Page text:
His demand was simple: Rights for all
It was this very activism that made him a thorn in the side of those in power. Early on his career, he was dismissed under false pretext from the Punjab University by General Ziaul Haq, after which he joined my grandfather's political party Tehrik-e-Istiqlal.
He subsequently travelled across the country to meet the common people in remote cities, towns and villages; to listen to their concerns, and empathise with them.
He, and the organisation he founded, Sungi, stood up resolutely to hostile maulvis opposed to education of girls and against the timber mafia in Hazara. As a member of Pervez Musharraf’s cabinet, he was a voice for the poor and disenfranchised. Omar’s achievements were extraordinary in a society so hostile to change and forward movement. He succeeded far better than most, with his unique mix of idealism and pragmatism. Many of us have our own reasons for being grateful to Omar.
—Professor Pervez Hoodbhoy
Returning inspired and motivated, he went on to establish the Sungi Development Foundation with a mission to mobilise marginalised communities; to transform their lives; and to establish a peaceful and prosperous society based on social justice, equity and equality.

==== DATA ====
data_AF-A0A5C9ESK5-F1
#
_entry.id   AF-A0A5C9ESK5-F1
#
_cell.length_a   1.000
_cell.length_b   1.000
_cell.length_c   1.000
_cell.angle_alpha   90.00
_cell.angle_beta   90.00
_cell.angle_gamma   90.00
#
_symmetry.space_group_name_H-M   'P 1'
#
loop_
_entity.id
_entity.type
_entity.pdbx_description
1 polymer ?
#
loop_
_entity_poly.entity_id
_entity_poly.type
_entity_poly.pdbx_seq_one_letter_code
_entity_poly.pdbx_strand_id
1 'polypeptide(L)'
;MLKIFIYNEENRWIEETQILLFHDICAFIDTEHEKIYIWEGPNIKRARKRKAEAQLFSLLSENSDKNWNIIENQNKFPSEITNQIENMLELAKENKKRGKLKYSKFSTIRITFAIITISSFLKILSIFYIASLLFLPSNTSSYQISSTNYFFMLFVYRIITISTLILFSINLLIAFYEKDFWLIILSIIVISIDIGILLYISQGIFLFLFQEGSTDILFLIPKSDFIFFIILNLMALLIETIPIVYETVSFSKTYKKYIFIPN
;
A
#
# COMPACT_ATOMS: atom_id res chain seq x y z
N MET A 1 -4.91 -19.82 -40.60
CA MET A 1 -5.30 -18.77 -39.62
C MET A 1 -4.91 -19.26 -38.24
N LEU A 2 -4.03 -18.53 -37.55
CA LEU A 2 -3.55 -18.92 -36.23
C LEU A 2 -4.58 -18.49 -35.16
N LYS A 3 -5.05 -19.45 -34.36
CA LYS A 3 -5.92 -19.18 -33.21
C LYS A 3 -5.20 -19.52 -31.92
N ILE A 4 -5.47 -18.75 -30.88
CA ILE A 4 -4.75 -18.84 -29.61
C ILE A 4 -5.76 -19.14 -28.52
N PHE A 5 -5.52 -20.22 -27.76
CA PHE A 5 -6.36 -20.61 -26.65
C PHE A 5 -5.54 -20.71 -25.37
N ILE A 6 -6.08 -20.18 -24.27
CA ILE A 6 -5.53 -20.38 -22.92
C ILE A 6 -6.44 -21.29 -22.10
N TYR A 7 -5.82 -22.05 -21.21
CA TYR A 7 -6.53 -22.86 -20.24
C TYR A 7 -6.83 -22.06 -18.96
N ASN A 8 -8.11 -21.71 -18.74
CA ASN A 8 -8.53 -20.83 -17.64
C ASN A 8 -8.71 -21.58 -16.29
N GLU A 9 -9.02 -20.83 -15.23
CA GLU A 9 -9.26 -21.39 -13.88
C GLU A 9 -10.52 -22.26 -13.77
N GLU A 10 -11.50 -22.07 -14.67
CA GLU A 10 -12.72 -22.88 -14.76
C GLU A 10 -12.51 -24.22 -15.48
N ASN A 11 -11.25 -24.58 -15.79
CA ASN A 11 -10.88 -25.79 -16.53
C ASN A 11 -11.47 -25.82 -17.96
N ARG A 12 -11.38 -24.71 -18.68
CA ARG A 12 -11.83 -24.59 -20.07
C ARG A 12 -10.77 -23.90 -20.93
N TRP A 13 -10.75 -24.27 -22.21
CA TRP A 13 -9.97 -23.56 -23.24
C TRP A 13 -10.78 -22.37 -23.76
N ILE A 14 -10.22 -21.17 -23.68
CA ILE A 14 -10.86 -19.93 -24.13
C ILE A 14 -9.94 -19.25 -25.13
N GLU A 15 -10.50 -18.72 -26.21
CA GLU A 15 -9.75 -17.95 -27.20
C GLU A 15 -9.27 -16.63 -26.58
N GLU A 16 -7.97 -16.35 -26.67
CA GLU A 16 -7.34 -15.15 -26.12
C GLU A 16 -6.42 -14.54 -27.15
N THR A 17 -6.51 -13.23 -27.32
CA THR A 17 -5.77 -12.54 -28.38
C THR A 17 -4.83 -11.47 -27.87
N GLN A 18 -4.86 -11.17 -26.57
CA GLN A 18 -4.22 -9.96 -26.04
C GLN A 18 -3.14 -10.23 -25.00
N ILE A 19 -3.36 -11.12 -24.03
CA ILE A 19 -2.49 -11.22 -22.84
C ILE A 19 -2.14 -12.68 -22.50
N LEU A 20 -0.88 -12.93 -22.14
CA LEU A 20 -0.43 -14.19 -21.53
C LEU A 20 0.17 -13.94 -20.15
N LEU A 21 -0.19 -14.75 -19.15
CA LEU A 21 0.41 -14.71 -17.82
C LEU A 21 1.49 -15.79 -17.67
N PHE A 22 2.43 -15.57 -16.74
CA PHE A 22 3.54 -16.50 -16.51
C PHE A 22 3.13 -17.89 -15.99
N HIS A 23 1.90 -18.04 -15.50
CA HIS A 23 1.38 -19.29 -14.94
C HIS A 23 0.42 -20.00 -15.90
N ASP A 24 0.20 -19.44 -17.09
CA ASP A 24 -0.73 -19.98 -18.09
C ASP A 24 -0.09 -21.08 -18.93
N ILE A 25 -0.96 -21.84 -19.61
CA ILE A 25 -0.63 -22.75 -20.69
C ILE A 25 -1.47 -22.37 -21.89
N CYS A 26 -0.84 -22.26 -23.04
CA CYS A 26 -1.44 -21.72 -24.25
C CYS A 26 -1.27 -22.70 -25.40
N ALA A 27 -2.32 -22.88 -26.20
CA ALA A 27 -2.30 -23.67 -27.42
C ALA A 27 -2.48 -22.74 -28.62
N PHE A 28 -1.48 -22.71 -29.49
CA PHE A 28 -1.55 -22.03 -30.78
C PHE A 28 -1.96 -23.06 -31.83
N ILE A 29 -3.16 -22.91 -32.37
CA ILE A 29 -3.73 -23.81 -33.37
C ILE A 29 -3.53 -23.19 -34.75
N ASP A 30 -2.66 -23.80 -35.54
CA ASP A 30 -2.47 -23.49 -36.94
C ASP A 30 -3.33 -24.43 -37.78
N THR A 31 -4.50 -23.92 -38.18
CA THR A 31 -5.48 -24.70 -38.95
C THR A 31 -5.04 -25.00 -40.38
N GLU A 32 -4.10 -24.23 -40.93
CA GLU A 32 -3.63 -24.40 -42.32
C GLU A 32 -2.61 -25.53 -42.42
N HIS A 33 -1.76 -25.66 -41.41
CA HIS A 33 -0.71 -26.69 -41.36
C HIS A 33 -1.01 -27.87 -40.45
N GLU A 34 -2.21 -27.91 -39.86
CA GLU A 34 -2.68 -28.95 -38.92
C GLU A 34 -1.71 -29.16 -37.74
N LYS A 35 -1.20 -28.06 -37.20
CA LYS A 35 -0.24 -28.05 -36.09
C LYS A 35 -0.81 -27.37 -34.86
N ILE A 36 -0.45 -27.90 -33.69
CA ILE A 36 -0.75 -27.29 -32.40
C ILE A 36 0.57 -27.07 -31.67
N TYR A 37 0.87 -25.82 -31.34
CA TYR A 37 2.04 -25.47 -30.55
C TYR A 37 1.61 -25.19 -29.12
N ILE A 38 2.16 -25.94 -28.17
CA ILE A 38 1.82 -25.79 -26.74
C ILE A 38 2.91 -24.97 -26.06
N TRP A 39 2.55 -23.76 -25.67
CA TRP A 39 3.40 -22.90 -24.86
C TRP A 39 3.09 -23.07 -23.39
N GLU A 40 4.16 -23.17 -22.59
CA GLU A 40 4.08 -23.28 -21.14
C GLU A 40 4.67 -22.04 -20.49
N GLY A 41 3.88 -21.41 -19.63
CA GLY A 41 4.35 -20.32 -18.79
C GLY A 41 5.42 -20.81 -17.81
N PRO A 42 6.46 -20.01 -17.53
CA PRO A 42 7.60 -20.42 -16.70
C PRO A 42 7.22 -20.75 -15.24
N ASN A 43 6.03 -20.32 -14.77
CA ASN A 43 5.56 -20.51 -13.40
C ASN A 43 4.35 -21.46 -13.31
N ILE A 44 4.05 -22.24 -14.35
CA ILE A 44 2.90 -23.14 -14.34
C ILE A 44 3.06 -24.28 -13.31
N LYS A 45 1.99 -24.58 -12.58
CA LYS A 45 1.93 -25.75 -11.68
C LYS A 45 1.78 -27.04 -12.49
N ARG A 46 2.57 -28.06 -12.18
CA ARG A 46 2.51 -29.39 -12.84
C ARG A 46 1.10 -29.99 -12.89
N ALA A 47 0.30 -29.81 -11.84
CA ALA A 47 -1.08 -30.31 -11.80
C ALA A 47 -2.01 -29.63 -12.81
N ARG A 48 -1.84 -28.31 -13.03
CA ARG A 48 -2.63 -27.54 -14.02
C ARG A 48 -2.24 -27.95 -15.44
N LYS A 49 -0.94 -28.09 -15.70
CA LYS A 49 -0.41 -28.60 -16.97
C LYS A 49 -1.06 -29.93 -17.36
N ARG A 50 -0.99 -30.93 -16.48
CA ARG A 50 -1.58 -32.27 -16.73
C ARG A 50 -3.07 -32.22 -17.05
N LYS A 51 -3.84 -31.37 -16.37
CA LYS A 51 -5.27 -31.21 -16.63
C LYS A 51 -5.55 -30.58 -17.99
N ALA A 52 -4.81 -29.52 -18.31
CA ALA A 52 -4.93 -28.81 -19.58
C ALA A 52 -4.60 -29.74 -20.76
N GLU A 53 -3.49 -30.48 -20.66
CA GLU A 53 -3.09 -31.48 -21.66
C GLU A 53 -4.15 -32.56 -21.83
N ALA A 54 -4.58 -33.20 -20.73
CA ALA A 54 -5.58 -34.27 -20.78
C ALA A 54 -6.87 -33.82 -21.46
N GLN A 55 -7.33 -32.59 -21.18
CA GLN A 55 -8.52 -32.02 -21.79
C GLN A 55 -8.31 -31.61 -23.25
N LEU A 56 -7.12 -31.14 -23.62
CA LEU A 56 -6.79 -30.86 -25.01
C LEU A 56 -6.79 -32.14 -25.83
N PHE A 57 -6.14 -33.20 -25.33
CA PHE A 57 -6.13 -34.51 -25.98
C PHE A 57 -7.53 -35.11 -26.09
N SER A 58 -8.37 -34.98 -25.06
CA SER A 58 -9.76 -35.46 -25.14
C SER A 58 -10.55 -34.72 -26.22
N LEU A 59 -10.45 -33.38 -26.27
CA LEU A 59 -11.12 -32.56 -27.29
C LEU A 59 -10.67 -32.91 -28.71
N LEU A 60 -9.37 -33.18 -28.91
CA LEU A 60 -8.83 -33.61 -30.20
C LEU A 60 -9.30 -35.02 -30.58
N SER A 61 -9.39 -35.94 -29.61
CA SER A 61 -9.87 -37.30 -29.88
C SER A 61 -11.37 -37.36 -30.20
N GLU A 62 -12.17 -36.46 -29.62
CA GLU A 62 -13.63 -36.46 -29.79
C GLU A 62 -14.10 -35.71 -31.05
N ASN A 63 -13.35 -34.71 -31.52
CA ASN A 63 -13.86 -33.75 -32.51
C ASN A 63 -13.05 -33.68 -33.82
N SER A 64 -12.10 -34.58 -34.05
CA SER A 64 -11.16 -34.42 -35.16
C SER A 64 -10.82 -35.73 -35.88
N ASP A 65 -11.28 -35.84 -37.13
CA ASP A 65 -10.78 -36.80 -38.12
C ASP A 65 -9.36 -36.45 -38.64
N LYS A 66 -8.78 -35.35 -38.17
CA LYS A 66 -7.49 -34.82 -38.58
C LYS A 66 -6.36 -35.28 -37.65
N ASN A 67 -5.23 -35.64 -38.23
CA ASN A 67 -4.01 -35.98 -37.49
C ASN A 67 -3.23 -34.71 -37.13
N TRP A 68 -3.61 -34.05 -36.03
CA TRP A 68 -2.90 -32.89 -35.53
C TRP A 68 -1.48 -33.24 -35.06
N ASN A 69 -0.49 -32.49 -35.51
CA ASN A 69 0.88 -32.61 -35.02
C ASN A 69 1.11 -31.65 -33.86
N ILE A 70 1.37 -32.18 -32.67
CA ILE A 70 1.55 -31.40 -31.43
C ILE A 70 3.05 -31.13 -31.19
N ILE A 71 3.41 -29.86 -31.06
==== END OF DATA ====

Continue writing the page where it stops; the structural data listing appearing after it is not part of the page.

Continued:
Many generations of girls and boys — who might not even remember him now — have an education, drinking water and roads in far-flung areas of Pakistan, where, at the time, no one ever dared to venture before. He helped them find a voice, educated them about the system and all its hurdles and taught them how to demand their rights.
To him, they were his partners in building a better Pakistan from the ground up.
Much of the time he spent travelling to different corners of Pakistan to meet with people was time that he spent away from us, his family. We never resented it because we knew he was changing the lives of so many disenfranchised Pakistanis.
Omar Asghar Khan's legacy
In the terrible, bleak days that followed his death, we were humbled by the scores of people, old and young, who came to Abbottabad for his funeral, just to catch a glimpse of him.